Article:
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Forging

Forging Definition and Development


Forging is a metal processing process that uses forging pressure machines to put pressure on metal billets, which will produce plastic deformation in order to obtain certain mechanical properties, a certain shape and dimensions.  So we usually call metal forging.

blacksmith forgingAs one of the oldest metalworking process, there is a long histoty of forging technique. At the beginning of forging process, it was performed by a smith using hammer and anvil, through introducing water power to the production and working of iro. In the 12th century, allowed the use of large trip hammers or power hammers that exponentially increased the amount and size of iron that could be produced and forged easily. The smithy or forge has evolved over centuries to become a facility with engineered processes, production equipment, tooling, raw materials and products to meet the demands of modern industry.

Nowadays, modern metal forging is operated either with presses or with hammers powered by compressed air, electricity, hydraulics or steam. These hammers may have reciprocating weights in the thousands of pounds. Smaller power hammers, 500 lb (230 kg) or less reciprocating weight, and hydraulic presses are common in art smithies as well. Some steam hammers remain in use, but they became obsolete with the availability of the other, more convenient, power sources.

Why Forging (Forging vs Casting) ? 



Compared with cast or machined part, metal forging can produce a piece with higher strength. During the metal shaping process, its internal grain deforms to follow the final shape of the part. As a result, the grain is continuous throughout the part, giving rise to a piece with improved strength characteristics. Besides, unlike pouring, high pressure to forge parts will make compact inner structure, and it will not easy to produce inner defects.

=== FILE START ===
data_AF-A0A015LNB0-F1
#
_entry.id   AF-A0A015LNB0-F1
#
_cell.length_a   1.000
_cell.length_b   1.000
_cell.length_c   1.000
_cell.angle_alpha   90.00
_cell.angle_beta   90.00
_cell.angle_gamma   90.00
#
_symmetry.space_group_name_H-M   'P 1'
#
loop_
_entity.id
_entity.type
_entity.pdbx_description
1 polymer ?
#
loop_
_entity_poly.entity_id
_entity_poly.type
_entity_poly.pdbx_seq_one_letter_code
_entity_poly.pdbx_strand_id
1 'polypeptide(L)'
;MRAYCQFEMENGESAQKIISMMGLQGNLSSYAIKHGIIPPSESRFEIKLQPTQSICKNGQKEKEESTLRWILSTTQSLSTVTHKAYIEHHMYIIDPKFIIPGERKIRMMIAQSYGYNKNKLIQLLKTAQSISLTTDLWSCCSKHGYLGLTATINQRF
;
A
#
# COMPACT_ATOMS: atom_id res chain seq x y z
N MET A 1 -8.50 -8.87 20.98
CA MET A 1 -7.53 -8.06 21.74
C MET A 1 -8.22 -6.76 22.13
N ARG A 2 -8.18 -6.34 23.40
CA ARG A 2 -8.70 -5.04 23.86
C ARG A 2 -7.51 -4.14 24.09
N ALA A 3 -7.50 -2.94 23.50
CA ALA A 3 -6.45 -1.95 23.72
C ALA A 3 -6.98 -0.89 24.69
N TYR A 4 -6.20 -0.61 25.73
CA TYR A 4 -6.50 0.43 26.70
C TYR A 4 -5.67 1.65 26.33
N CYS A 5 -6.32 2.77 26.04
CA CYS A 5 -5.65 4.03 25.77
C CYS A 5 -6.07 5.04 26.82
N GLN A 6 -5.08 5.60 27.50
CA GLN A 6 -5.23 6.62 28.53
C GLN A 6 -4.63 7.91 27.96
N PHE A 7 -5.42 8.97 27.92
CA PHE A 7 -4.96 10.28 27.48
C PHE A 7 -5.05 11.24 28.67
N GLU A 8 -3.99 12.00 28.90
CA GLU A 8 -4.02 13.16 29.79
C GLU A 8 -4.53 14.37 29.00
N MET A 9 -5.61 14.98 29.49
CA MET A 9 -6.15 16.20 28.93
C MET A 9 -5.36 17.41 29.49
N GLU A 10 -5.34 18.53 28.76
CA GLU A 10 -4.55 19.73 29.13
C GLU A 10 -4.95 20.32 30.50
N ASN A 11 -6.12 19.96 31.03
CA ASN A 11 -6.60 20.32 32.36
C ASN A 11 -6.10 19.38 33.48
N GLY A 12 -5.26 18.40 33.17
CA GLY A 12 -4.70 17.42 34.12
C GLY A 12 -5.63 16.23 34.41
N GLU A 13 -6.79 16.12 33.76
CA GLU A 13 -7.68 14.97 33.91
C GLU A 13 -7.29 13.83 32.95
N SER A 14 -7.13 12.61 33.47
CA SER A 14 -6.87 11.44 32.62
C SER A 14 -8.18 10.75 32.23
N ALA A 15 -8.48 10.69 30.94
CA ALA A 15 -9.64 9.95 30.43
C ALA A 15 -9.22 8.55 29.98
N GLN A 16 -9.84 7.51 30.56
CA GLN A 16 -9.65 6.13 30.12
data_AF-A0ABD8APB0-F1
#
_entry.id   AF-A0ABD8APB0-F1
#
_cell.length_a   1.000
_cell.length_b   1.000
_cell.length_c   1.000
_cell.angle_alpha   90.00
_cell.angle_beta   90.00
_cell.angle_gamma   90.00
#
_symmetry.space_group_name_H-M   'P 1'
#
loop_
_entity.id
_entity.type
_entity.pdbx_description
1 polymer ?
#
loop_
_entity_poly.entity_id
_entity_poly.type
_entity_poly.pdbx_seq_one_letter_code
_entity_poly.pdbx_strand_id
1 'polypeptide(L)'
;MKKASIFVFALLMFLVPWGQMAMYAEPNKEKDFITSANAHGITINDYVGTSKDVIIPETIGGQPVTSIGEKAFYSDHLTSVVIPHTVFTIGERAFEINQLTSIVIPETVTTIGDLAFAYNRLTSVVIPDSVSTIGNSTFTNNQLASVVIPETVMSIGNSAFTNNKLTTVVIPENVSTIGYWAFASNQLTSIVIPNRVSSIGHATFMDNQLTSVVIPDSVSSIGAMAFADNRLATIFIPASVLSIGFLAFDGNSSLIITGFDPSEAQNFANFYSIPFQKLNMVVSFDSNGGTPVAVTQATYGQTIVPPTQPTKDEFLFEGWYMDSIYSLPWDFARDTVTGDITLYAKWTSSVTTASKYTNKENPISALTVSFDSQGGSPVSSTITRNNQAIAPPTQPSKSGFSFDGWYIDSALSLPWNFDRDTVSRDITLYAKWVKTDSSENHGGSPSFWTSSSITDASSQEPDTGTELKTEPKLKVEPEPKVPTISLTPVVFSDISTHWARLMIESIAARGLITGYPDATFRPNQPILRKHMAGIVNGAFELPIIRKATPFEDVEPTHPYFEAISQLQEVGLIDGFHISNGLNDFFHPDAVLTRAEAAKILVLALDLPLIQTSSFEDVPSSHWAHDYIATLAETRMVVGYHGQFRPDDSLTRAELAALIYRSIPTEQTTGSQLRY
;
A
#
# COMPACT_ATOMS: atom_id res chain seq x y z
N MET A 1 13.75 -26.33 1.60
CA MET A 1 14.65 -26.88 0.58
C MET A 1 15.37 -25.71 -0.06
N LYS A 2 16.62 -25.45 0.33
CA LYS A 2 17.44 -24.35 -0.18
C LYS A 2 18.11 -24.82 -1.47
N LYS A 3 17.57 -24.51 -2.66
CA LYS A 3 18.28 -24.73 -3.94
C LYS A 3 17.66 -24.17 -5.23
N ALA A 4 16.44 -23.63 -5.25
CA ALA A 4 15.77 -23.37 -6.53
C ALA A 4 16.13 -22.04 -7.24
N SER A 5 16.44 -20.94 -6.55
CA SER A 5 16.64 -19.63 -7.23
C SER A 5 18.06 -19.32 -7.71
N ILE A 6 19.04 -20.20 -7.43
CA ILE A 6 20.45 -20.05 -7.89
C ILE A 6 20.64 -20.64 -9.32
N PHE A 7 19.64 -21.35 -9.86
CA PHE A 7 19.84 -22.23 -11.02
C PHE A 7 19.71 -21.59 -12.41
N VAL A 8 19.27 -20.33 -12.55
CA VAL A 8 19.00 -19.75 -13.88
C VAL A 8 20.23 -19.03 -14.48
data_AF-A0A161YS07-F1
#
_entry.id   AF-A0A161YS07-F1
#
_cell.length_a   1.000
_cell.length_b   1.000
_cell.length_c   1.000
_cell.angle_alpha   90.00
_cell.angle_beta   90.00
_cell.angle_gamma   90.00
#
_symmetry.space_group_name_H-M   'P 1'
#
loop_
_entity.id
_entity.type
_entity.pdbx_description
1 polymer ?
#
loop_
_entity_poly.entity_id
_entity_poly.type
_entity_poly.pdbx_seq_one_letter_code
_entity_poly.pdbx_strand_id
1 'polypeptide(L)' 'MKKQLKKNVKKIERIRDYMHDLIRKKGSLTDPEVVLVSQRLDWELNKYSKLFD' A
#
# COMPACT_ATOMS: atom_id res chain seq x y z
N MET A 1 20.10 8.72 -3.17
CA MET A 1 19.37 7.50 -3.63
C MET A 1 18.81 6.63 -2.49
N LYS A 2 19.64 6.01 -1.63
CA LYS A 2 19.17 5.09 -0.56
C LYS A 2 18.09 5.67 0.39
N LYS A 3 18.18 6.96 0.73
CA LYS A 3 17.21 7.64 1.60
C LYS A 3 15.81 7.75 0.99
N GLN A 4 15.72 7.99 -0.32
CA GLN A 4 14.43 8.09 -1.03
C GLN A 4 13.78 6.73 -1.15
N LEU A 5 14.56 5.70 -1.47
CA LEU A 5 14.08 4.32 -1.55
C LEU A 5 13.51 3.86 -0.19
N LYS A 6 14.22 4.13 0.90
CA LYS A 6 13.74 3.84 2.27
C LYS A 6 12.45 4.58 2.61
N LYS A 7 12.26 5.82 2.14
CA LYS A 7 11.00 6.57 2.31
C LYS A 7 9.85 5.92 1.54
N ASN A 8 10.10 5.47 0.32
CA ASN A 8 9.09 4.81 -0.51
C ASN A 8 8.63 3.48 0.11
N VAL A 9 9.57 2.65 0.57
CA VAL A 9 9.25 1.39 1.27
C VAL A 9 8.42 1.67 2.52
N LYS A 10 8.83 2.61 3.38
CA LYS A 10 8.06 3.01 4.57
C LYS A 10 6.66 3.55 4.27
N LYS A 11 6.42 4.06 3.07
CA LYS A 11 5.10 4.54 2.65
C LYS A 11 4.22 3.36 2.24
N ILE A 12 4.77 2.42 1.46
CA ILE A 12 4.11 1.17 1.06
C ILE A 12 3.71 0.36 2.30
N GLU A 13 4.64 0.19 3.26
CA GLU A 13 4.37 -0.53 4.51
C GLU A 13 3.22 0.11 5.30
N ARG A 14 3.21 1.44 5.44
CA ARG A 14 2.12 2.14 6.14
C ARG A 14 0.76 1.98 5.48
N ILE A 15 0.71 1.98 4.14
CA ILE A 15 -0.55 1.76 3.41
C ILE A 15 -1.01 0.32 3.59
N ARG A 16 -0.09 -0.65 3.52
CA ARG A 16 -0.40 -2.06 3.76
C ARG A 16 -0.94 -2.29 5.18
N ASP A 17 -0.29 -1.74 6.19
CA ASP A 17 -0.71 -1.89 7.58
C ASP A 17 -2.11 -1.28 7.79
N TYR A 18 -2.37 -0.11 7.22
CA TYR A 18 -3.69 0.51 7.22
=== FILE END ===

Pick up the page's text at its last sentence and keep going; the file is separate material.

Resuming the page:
Secondly, when compared to casting or fabrication, forging can offer a lower total cost in a more cost-effective way. When you take all the costs that occured from procurement to lead time to rework into consideration, then factor in the costs of scrap, downtime and further quality issues, forging can win the long-term benefits that can outweigh castings or fabrications that might offer short-term cost-savings.

Thirdly, forging can offer a short production cycle. When forging, if the shape is not quite complex, it can be just one-time forged, in just few seconds, and then trimmed to get finished part. So in general, we can finish production in a short production cycle within 20 days.

Next, compared with casting, metals after forging can improve its organizational structure and mechanical properties. Casting organization after forging method, due to metal deformation and recrystallization, make original bulky dendrite and columnar grain to fine grain and uniform axial recrystallization organization, make original segregation, porosity, slag compaction in the steel ingot rammed and welded, thus to make its organization become more closely, and improve the plasticity and mechanical properties of the metal.

Metal Forging materials